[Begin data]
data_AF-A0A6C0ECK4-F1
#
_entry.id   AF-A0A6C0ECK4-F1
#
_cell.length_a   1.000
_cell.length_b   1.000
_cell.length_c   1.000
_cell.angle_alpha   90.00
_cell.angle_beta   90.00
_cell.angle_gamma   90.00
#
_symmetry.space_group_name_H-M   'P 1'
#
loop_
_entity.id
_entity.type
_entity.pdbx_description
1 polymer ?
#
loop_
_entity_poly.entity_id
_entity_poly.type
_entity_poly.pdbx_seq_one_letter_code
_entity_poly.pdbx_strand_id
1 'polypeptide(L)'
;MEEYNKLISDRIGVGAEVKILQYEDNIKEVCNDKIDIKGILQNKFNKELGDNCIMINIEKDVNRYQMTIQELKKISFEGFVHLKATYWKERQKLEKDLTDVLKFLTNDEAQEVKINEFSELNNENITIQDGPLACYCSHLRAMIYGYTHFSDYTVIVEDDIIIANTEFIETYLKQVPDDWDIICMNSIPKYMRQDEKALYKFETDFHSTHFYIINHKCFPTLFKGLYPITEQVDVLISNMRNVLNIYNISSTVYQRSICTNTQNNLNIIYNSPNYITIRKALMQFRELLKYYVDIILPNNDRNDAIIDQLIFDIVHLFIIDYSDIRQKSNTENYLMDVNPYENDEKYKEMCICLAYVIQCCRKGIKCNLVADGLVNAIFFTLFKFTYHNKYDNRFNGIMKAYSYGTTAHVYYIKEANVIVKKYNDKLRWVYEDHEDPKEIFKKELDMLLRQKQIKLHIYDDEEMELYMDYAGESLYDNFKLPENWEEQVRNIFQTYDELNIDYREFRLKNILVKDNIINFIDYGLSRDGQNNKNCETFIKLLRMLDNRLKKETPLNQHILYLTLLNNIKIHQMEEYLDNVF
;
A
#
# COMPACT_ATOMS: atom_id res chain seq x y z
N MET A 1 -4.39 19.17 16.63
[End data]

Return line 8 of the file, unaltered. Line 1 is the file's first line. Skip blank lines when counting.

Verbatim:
_cell.angle_alpha   90.00